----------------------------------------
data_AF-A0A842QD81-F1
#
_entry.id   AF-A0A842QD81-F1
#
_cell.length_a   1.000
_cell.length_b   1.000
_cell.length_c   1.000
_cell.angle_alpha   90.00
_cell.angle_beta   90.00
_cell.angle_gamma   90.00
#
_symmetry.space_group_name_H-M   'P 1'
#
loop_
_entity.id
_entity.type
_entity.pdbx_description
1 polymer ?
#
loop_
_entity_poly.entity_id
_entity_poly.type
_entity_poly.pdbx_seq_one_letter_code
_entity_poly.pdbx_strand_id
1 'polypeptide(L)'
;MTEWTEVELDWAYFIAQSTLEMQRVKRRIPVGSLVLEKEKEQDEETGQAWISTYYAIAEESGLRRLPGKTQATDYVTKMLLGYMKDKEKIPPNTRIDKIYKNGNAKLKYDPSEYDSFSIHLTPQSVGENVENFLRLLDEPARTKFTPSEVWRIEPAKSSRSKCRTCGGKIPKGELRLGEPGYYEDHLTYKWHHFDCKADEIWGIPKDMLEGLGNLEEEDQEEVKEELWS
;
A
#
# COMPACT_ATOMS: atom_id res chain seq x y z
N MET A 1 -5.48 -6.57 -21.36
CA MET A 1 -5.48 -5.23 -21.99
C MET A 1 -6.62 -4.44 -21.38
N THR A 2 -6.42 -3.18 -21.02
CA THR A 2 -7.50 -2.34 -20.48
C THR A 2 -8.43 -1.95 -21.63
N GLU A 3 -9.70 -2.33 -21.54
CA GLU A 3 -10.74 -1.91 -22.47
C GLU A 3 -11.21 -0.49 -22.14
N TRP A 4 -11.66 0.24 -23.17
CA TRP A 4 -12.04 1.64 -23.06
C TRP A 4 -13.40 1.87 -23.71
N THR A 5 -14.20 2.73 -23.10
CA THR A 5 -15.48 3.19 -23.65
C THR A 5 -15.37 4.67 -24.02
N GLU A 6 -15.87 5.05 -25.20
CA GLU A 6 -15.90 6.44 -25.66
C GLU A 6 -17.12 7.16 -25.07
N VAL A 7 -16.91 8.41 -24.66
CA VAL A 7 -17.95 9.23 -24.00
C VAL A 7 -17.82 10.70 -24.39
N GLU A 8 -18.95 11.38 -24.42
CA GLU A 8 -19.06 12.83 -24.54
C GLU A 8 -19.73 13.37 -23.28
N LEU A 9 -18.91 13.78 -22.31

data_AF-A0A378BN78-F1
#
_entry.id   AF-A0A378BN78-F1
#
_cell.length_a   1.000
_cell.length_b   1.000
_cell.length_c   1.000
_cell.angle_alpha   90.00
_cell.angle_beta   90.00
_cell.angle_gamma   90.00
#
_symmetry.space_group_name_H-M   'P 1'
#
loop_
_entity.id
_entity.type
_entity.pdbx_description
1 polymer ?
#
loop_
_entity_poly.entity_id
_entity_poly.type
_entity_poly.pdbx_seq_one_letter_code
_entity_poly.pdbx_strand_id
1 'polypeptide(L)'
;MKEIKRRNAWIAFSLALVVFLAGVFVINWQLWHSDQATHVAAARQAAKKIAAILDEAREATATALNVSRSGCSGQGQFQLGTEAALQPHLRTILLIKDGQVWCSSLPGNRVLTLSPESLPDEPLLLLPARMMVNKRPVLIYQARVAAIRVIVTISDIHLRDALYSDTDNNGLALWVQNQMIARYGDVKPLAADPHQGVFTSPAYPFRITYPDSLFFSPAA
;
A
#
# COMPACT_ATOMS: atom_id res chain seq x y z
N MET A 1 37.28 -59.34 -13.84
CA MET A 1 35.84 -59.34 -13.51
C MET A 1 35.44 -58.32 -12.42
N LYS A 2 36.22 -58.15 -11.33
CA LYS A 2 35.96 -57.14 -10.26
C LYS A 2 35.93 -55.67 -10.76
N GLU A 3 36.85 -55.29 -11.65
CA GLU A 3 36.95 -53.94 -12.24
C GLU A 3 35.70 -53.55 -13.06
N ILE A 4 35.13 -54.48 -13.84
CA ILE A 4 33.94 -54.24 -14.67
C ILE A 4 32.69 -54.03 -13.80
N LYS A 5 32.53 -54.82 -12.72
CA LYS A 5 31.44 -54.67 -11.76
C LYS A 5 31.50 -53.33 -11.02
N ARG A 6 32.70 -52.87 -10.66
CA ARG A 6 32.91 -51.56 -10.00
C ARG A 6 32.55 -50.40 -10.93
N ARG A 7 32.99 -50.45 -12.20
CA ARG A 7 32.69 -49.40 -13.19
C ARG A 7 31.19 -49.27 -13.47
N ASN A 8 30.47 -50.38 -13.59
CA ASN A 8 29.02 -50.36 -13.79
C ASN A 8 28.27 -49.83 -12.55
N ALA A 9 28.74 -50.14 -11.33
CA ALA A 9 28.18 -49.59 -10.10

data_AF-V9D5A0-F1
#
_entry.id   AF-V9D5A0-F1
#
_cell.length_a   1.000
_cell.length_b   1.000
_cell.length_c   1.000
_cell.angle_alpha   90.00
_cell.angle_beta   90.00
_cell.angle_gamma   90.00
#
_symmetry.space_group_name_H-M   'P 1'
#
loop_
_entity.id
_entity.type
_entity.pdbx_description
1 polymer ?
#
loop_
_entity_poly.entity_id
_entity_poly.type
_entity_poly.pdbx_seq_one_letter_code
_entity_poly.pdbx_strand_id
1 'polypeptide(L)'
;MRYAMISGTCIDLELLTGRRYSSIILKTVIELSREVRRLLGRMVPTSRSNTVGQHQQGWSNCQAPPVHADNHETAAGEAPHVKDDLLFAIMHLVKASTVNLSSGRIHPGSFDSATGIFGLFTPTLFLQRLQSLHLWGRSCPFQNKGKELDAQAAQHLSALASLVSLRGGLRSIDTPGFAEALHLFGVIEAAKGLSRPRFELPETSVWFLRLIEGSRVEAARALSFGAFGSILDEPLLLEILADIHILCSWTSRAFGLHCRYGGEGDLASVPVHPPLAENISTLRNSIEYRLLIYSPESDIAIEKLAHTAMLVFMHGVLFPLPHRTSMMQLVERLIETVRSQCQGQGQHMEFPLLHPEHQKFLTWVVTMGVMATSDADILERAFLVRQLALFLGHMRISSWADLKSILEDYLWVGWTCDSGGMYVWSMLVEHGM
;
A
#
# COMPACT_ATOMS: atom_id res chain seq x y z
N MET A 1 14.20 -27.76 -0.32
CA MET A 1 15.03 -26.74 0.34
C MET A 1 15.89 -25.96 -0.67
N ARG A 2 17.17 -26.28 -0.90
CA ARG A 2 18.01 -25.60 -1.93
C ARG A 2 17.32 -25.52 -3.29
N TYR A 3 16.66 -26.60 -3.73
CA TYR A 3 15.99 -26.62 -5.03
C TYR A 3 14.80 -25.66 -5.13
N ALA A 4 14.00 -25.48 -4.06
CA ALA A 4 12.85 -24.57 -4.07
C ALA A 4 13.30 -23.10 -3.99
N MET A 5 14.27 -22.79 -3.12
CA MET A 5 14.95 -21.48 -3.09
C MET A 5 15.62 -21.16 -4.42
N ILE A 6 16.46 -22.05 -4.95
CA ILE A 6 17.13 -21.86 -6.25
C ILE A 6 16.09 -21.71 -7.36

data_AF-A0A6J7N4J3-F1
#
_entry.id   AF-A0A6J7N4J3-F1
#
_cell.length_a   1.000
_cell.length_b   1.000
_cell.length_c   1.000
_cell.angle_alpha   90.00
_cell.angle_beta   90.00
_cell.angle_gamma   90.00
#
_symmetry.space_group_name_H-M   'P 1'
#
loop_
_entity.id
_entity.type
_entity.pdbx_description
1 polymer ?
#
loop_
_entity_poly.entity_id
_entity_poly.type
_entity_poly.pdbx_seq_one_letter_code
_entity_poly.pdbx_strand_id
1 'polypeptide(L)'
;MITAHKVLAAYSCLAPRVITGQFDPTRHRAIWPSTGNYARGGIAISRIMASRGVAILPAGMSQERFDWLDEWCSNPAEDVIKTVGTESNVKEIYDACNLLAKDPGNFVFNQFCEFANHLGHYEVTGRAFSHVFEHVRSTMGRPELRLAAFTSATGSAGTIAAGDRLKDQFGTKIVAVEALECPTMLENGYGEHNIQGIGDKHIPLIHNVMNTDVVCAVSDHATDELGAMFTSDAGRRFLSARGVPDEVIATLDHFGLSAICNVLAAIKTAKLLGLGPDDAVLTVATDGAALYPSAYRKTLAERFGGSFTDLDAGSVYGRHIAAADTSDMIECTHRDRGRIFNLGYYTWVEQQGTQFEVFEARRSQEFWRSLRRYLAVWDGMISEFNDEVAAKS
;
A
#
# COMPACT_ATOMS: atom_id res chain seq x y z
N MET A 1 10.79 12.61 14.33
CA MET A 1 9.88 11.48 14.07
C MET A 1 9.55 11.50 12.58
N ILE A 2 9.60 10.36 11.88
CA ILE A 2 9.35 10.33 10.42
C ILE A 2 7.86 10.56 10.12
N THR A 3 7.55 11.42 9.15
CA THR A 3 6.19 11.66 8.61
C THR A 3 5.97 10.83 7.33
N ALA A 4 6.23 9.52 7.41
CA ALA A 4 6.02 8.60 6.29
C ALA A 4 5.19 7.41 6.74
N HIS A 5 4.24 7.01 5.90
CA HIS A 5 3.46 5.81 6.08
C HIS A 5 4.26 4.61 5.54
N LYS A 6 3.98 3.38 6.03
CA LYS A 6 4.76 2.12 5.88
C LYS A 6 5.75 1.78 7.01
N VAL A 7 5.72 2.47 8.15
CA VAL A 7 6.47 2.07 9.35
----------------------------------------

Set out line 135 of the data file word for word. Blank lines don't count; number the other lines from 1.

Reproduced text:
_entity_poly.pdbx_strand_id